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Writing Right: The Blog

DEFENDING AGAINST COPYRIGHT INFRINGEMENT

Someone wrote me the other day asking how he could defend himself from a claim of copyright infringement even though he hadn't registered his own work with the U.S. Copyright Office. Sound like tough sledding? Read on for my response.

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It seems as if even attorneys can get this answer wrong if they don't read the question carefully. I understand that one entertainment lawyer advised that you'll need to show the claimant in this case had prior access to your work. That would be true if YOU were suing HIM for copyright infringement, but that's not the case. Just the opposite. In suing you, the claimant had prior exposure to your work, most likely because you had already published or otherwise made it available publicly. Now, he will have to prove that HIS version of a primarily identical work predated yours. You, of course, need to show that it didn't.


Your job, then, becomes primarily defensive. You'll need to round up all your evidence, including dated copies of your rough drafts and finalized version. Microsoft and other software manufacturers time-stamp your dated material every time you open a document and save changes, from your earliest saved version on up to the latest one.

 

Also, you'll have to gather together any correspondence referencing your work on the property, either physically or digitally through e-mail, messaging, texting, phone conversations, etc. Sworn statements from people who knew you were working on your property and when will also prove invaluable. So, too, will any inquiries regarding reference and research work you did and the people you contacted—like a query to a photo agency or a historical library. Ditto, friends, neighbors, drinking buddies, teachers, coworkers, and family members with whom you may have discussed various aspects of your work during its development. And don't forget any social-media postings or discussions of your work, which will also be dated. And, of course, interviewees whom you may have spoken to in preparing your material. Read More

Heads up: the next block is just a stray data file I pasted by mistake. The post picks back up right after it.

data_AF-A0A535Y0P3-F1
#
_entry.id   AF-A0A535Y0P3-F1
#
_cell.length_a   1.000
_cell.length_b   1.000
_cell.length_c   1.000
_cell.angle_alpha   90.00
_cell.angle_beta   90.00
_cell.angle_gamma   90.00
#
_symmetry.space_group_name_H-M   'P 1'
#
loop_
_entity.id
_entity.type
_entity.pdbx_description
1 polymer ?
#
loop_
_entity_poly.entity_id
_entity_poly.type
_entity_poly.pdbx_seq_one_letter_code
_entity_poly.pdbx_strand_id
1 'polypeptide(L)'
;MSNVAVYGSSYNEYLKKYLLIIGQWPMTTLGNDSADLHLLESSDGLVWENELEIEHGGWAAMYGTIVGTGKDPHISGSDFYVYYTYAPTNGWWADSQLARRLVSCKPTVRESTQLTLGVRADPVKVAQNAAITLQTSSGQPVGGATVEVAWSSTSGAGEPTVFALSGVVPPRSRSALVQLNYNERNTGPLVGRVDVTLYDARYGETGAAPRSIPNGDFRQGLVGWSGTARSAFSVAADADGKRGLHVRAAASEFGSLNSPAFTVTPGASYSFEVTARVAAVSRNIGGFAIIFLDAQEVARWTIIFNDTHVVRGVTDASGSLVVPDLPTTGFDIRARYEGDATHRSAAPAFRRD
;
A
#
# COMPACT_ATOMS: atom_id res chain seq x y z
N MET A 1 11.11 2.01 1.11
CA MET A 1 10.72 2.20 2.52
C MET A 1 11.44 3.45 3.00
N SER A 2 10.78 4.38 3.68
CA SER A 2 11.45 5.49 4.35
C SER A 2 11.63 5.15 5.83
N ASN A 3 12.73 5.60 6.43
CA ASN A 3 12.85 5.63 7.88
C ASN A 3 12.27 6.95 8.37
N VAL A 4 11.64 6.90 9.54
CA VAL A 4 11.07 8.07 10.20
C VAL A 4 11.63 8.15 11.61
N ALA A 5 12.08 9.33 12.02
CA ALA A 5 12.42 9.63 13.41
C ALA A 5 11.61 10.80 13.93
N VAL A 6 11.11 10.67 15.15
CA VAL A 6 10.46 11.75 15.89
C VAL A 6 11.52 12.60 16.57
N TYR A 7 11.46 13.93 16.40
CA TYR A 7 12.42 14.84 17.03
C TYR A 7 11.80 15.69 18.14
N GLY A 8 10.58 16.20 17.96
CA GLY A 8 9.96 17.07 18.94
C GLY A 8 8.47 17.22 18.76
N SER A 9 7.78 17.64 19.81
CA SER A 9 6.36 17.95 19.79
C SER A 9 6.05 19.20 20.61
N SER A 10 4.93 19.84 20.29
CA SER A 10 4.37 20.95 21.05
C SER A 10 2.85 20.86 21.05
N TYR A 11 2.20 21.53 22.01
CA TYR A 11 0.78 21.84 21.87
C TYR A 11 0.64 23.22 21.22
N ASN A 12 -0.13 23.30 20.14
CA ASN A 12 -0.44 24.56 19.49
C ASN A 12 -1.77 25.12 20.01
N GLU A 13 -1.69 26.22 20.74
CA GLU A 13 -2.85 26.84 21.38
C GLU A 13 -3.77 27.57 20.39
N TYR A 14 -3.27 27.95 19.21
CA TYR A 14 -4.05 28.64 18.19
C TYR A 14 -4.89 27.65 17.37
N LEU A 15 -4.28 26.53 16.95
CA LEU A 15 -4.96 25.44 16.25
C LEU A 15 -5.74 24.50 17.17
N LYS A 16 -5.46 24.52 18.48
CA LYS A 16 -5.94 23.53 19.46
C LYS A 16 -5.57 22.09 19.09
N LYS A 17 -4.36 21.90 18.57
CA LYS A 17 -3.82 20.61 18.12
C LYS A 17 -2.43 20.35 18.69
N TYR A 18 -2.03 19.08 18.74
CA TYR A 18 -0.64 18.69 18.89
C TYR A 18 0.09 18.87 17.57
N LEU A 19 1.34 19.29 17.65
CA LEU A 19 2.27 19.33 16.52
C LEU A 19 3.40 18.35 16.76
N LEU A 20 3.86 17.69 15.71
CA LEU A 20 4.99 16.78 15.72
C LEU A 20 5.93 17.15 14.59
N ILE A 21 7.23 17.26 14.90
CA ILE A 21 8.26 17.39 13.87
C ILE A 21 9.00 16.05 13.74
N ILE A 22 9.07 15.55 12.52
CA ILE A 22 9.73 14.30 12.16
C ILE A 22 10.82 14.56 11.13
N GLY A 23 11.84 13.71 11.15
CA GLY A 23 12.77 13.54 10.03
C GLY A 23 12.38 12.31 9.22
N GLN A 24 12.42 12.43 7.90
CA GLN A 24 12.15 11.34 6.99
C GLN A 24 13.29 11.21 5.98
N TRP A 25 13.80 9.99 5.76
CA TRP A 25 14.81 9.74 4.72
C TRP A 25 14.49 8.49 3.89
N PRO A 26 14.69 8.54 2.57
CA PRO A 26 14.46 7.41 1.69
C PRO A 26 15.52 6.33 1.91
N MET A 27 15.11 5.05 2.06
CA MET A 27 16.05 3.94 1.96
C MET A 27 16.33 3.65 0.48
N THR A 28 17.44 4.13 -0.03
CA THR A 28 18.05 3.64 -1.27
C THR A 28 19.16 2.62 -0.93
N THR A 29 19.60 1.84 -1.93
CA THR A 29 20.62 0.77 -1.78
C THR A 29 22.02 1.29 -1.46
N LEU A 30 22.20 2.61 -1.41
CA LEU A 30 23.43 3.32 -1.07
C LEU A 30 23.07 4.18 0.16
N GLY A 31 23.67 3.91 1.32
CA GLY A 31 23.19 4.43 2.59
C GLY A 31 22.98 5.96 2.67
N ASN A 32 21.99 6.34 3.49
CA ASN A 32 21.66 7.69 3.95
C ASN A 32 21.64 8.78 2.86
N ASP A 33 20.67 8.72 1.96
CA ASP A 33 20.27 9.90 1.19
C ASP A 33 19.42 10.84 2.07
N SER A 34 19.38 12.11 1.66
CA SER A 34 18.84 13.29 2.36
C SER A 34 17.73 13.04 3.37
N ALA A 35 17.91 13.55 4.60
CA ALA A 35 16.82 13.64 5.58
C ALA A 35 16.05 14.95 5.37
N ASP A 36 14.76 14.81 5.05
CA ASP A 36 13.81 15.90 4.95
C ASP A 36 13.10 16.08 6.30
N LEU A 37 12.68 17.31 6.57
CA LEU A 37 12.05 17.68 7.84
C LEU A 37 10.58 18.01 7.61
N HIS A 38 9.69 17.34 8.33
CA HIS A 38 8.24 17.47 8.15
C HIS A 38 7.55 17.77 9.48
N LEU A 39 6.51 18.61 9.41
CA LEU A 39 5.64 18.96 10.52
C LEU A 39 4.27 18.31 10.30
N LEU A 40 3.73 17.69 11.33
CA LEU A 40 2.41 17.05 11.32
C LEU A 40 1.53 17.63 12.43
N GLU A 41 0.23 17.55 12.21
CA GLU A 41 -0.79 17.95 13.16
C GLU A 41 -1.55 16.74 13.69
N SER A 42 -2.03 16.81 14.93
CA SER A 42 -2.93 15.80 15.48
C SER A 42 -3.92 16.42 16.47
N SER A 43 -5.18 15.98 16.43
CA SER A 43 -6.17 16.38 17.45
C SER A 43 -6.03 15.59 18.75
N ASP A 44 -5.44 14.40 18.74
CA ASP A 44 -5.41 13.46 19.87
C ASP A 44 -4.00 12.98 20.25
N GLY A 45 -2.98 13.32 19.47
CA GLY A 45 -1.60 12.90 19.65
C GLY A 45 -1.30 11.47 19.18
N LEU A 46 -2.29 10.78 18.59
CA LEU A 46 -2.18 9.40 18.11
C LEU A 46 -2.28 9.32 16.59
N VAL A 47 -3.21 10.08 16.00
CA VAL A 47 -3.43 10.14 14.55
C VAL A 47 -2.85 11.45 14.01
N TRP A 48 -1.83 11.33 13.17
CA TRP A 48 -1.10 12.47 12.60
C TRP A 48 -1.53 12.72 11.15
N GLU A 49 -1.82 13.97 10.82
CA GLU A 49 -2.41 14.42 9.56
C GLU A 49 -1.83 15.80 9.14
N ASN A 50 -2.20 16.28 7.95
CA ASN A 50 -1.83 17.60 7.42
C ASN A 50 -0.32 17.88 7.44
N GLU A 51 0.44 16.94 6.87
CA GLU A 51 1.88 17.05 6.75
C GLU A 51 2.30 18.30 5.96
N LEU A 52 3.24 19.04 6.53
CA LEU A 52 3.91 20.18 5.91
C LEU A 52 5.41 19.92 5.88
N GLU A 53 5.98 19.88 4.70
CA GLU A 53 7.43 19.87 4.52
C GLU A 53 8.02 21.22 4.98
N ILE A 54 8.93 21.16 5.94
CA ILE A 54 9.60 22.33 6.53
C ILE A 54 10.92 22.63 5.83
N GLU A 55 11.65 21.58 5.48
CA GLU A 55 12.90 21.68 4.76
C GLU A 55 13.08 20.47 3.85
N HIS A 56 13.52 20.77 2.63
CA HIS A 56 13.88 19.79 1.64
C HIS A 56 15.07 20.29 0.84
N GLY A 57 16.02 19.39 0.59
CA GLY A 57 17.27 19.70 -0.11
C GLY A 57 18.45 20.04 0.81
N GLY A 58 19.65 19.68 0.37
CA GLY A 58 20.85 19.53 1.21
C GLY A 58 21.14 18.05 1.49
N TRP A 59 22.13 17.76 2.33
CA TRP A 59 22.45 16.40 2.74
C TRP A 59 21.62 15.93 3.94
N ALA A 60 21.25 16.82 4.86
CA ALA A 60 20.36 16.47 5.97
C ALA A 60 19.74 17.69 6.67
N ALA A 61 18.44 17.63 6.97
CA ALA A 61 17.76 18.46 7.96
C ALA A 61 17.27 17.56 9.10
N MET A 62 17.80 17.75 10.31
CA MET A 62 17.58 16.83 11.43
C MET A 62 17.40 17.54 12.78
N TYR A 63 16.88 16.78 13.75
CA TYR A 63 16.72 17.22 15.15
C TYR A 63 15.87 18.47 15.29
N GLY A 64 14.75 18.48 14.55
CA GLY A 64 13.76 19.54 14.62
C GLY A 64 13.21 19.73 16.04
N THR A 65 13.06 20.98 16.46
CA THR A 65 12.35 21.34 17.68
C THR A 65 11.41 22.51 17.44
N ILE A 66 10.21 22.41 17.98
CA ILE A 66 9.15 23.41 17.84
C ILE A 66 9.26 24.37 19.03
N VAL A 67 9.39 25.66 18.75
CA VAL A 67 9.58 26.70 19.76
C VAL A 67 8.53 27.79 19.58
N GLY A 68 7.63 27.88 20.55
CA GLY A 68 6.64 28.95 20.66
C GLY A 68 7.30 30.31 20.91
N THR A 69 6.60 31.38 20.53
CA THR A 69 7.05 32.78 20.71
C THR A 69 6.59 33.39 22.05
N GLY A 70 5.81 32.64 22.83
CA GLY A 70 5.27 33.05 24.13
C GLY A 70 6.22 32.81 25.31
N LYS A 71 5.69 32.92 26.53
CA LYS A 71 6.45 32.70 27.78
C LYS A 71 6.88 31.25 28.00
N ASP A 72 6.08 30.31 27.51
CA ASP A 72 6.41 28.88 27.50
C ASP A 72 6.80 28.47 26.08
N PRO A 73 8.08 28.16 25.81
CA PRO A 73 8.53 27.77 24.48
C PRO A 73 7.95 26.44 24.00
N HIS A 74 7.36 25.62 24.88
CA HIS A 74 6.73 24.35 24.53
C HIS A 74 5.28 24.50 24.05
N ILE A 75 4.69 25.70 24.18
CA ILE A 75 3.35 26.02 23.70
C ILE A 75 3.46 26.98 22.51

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BEG, BORROW (A BIT), OR STEAL

What do you say? Can you legally beg, borrow, or steal a line or two from another writer as long as it's not enough to put you in Dutch with the Copyright Cops?

 

Beg or borrow? Not sure those are legally definable words. Steal? Ouch. We don't want to go there. But the truth is you can use some of another writer's material as long as you attribute that material to the original author. "Some," here, is the operative word. Keep the usage to a minimum, as in this example in quotation marks:

 

I can't say it any better: 'Donita was a flake, and she knew it from the day she was born,' according to author Pete Markowitz wrtiting in his book, Dark Day at Diablo.

That's one way to handle a short excerpt from another author's work. If it's a little longer, you might grant the quoted material its own paragraph to set it apart further, as in this example:

 

As author Markie Mark said in his article, "Going My Way," in the June, 1972, issue of Motorist Magazine:

QUOTED MATERIAL QUOTED MATERIAL QUOTED MATERIAL QUOTED MATERIAL QUOTED MATERIAL QUOTED MATERIAL QUOTED MATERIAL QUOTED MATERIAL QUOTED MATERIAL QUOTED MATERIAL QUOTED MATERIAL QUOTED MATERIAL.

Putting the quoted material in italics and indenting it in a block sets it apart from your original writing even further and prevents the reader from mistaking it for your own material. Read More 

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